I didn’t watch the Democratic presidential debate last week. I know that to some people, these televised sparring matches are important to help determine who they’ll support in the coming presidential elections. But for me, pulling the trigger on any one of these fine, highly competent politicians will be hard, with or without having seen them bicker at each other on live T.V. With a battery of such stellar candidates, how can you pick just one? I sure can’t.
Sigh. These guys suck.
Somehow, the best the Democrats have to offer are Sens. John Kerry (Mass.) and Joe Lieberman (Conn.) and former Vermont Gov. Howard Dean, each honestly believing that he will lead the working class to the polls in droves. Granted, each candidate is highly qualified, but qualifications alone do not a leader make, and the standard issues Democrats relied on in 1992 will not carry the day in 2004. In their speeches and press releases, the candidates do show an understanding of issues like health care, abortion and unemployment. Each thinks that this will win them the election, but in reality, none of it will matter. The rules have changed.
It’s about war. It’s about terrorism. Are we safe, are we winning and are we right? To these, President Bush claims all the answers, while the Democrats still don’t understand the questions. As a nation, the past two years have seen us plunge into a mentality, not unlike how we spent the decades of the Cold War – tense and anxious, awaiting an event that will probably never come. Few of us have ever seen terrorism touch their lives personally, yet many will vote as if it had. Gone are the social and moral imperatives of peacetime politics.
Meeting the threat, Americans want to see strength, charisma and dogged self-assurance, not the vacillation and partisanship that haunts each of the Democratic nominees. Americans want to feel safe again, and the GOP makes it happen, by way of the very comforting, but morally dubious policy of moral and international absolutism. Whereas Bill Clinton was a student of policy and often sought a variety of different sources when debating an initiative, Bush is a student of doing whatever the hell he, or his party sees fit. He won’t let pesky little things like “other nations” or “operational strength” or “deficits” get in the way of what he deems right. This is, by far, the most partisan administration that we’ve seen in decades.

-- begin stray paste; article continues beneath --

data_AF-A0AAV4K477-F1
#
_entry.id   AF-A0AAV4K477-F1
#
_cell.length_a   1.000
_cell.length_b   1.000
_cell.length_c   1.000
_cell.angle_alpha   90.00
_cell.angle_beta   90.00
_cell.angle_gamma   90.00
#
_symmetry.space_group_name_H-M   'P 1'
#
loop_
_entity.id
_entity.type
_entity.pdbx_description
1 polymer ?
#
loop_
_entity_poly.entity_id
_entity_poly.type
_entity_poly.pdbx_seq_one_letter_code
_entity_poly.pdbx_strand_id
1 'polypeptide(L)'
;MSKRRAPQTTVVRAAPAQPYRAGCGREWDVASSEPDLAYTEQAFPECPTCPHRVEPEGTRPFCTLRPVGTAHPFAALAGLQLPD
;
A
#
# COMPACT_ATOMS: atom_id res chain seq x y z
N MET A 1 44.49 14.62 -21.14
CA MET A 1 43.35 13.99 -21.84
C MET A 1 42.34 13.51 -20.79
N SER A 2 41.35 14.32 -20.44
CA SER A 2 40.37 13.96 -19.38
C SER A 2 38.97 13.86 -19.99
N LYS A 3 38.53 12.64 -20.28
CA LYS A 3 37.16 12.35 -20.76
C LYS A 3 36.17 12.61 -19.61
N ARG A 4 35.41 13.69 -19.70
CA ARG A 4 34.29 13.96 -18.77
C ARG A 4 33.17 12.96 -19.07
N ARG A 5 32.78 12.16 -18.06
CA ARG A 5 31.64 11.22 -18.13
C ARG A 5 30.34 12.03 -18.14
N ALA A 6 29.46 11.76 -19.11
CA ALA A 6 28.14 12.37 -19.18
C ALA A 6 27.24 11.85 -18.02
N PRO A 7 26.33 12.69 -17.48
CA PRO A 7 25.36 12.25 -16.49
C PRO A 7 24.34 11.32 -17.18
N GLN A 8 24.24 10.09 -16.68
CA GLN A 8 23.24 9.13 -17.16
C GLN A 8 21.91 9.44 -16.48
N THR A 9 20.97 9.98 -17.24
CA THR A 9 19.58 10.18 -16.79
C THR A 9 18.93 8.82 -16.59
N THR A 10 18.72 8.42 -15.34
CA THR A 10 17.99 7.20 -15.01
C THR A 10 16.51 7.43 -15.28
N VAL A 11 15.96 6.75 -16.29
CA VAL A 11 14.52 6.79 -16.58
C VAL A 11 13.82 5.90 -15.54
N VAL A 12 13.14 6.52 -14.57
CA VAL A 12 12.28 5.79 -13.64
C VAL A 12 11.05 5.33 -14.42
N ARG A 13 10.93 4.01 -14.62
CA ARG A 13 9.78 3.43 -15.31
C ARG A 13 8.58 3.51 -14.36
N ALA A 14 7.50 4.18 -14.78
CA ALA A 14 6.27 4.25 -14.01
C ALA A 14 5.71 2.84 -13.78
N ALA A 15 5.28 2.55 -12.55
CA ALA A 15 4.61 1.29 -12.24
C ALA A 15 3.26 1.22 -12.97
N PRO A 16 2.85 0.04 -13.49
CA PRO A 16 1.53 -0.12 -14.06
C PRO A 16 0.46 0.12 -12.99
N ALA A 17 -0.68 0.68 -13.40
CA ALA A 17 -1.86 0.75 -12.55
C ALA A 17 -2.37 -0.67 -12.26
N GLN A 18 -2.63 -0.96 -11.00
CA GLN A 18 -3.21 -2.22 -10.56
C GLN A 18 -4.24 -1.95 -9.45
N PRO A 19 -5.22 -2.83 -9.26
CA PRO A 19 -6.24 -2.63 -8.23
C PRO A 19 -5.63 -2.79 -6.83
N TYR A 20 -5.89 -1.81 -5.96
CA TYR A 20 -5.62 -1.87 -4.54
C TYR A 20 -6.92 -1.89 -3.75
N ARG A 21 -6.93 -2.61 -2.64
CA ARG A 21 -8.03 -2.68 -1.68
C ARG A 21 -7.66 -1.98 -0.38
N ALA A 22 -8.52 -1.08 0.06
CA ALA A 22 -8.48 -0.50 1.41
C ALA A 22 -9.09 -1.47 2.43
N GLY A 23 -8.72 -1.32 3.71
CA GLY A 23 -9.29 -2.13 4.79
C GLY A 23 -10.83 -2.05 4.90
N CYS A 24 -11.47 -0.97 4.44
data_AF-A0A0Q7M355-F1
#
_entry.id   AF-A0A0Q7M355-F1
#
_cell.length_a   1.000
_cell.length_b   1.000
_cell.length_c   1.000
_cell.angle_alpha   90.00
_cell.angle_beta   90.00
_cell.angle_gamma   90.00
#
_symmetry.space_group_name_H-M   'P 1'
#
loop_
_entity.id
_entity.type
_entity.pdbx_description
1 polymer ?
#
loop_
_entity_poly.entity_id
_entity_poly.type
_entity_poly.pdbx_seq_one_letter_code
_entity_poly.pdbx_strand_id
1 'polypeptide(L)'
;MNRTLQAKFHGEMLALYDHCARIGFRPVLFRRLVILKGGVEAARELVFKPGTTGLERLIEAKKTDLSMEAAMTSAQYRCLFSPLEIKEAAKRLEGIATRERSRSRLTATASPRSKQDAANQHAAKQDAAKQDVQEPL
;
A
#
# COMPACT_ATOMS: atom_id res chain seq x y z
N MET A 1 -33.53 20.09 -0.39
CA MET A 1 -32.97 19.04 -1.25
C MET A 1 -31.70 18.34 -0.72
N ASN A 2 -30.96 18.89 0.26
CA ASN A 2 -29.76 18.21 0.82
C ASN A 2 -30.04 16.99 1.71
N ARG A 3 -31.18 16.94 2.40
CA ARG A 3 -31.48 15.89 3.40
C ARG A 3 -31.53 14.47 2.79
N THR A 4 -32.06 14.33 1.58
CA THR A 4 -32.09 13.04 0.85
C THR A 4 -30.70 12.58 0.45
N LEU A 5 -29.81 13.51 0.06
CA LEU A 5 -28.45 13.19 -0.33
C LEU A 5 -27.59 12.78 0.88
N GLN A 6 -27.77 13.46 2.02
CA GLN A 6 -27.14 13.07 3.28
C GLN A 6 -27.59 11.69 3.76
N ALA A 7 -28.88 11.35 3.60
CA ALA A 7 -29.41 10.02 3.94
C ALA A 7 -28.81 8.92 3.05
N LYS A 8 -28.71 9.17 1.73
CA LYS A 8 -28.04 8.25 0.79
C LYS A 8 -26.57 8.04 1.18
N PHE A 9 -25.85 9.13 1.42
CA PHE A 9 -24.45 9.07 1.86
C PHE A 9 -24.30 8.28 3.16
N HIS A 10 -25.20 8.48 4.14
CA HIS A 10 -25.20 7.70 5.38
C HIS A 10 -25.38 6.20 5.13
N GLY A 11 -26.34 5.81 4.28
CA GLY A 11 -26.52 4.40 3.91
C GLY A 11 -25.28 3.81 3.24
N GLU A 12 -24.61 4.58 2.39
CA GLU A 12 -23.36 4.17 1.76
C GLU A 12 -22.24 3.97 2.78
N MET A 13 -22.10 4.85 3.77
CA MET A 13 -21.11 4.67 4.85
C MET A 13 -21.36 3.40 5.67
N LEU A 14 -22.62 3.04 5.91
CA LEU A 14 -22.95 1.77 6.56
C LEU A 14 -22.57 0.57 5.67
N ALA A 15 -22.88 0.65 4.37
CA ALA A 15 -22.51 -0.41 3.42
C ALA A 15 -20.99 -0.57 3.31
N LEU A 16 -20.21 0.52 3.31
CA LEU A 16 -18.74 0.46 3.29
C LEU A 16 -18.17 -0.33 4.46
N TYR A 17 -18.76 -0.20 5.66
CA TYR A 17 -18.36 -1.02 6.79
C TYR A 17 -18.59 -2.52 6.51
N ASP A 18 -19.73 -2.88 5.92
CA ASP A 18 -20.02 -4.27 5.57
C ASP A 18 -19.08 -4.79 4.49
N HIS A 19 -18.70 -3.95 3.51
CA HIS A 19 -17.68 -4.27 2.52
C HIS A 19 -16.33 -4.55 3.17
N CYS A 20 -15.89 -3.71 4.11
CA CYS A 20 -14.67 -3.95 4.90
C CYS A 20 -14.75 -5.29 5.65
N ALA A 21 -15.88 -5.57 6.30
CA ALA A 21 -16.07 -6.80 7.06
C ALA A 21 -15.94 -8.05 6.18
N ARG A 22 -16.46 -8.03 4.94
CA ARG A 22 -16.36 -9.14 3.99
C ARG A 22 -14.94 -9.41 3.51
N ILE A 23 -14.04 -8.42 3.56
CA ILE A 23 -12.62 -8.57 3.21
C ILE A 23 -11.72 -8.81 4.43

And America is eating it up.
Democrats hope that the hemorrhaging of American dollars and American blood in Iraq will save the election for them. However, the damage isn’t being done to the this administration, which has an uncanny ability to defer blame for its failures simply by having been in office the day America came under attack. It’s the ultimate alibi. True to form, whenever he needs more money or his polls sag a bit, Bush can just look at the TelePrompTer and orally fart out the following equation: war on terror, plus making progress, plus 9-11, equals Democrats are bad.
But when you connect the dots from the past three years – all of the deflection, blame and unilateralism – it still spells “dumbshit.” Make no mistake, Bush is highly beatable, but judging by the field of candidates, the Democrats don’t seem interested in winning. While I hope retired Army Gen. Wesley Clark jumps in, this coalition that the Democrats have pieced together will find itself demolished by the same Texas buzzsaw that walked away with the Oval Office in 2000. This time, there will be no recounts, and certainly no excuses. Years of a muddled message have left the Democratic party nothing but Rev. Al Sharpton and the shadow of the Clinton years as their only selling points, and America just isn’t buying.
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